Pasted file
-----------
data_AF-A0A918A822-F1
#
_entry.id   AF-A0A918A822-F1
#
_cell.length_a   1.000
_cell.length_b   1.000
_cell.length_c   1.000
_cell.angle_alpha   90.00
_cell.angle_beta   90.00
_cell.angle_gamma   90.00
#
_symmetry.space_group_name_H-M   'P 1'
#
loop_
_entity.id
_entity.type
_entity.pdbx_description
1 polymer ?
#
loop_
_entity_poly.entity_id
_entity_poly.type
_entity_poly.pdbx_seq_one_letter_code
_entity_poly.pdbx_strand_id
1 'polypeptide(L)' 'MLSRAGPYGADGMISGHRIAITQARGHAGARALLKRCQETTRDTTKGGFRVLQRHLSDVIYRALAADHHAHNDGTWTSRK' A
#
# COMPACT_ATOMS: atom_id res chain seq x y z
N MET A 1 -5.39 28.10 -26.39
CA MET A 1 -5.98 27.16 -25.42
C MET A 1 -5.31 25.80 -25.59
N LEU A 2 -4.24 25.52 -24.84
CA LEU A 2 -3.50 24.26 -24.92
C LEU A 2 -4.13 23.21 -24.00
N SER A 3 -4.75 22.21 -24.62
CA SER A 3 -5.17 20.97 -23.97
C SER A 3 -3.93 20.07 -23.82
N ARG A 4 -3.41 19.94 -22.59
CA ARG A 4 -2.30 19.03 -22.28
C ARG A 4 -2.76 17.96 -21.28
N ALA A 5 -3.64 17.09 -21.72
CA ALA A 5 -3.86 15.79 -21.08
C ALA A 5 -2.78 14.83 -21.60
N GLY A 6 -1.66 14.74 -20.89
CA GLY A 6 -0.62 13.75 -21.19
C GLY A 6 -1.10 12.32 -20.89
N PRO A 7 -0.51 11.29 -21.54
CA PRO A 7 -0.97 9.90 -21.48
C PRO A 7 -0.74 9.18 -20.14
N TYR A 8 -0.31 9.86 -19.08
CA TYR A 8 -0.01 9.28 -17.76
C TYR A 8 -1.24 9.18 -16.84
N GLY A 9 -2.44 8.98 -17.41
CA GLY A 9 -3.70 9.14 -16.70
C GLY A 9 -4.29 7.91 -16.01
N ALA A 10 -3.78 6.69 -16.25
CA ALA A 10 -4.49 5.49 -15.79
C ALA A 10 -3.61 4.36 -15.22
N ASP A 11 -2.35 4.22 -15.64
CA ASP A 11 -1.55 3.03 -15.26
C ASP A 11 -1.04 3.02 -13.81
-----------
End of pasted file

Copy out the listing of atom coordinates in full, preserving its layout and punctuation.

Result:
data_AF-A0A918A822-F1
#
_entry.id   AF-A0A918A822-F1
#
_cell.length_a   1.000
_cell.length_b   1.000
_cell.length_c   1.000
_cell.angle_alpha   90.00
_cell.angle_beta   90.00
_cell.angle_gamma   90.00
#
_symmetry.space_group_name_H-M   'P 1'
#
loop_
_entity.id
_entity.type
_entity.pdbx_description
1 polymer ?
#
loop_
_entity_poly.entity_id
_entity_poly.type
_entity_poly.pdbx_seq_one_letter_code
_entity_poly.pdbx_strand_id
1 'polypeptide(L)' 'MLSRAGPYGADGMISGHRIAITQARGHAGARALLKRCQETTRDTTKGGFRVLQRHLSDVIYRALAADHHAHNDGTWTSRK' A
#
# COMPACT_ATOMS: atom_id res chain seq x y z
N MET A 1 -5.39 28.10 -26.39
CA MET A 1 -5.98 27.16 -25.42
C MET A 1 -5.31 25.80 -25.59
N LEU A 2 -4.24 25.52 -24.84
CA LEU A 2 -3.50 24.26 -24.92
C LEU A 2 -4.13 23.21 -24.00
N SER A 3 -4.75 22.21 -24.62
CA SER A 3 -5.17 20.97 -23.97
C SER A 3 -3.93 20.07 -23.82
N ARG A 4 -3.41 19.94 -22.59
CA ARG A 4 -2.30 19.03 -22.28
C ARG A 4 -2.76 17.96 -21.28
N ALA A 5 -3.64 17.09 -21.72
CA ALA A 5 -3.86 15.79 -21.08
C ALA A 5 -2.78 14.83 -21.60
N GLY A 6 -1.66 14.74 -20.89
CA GLY A 6 -0.62 13.75 -21.19
C GLY A 6 -1.10 12.32 -20.89
N PRO A 7 -0.51 11.29 -21.54
CA PRO A 7 -0.97 9.90 -21.48
C PRO A 7 -0.74 9.18 -20.14
N TYR A 8 -0.31 9.86 -19.08
CA TYR A 8 -0.01 9.28 -17.76
C TYR A 8 -1.24 9.18 -16.84
N GLY A 9 -2.44 8.98 -17.41
CA GLY A 9 -3.70 9.14 -16.70
C GLY A 9 -4.29 7.91 -16.01
N ALA A 10 -3.78 6.69 -16.25
CA ALA A 10 -4.49 5.49 -15.79
C ALA A 10 -3.61 4.36 -15.22
N ASP A 11 -2.35 4.22 -15.64
CA ASP A 11 -1.55 3.03 -15.26
C ASP A 11 -1.04 3.02 -13.81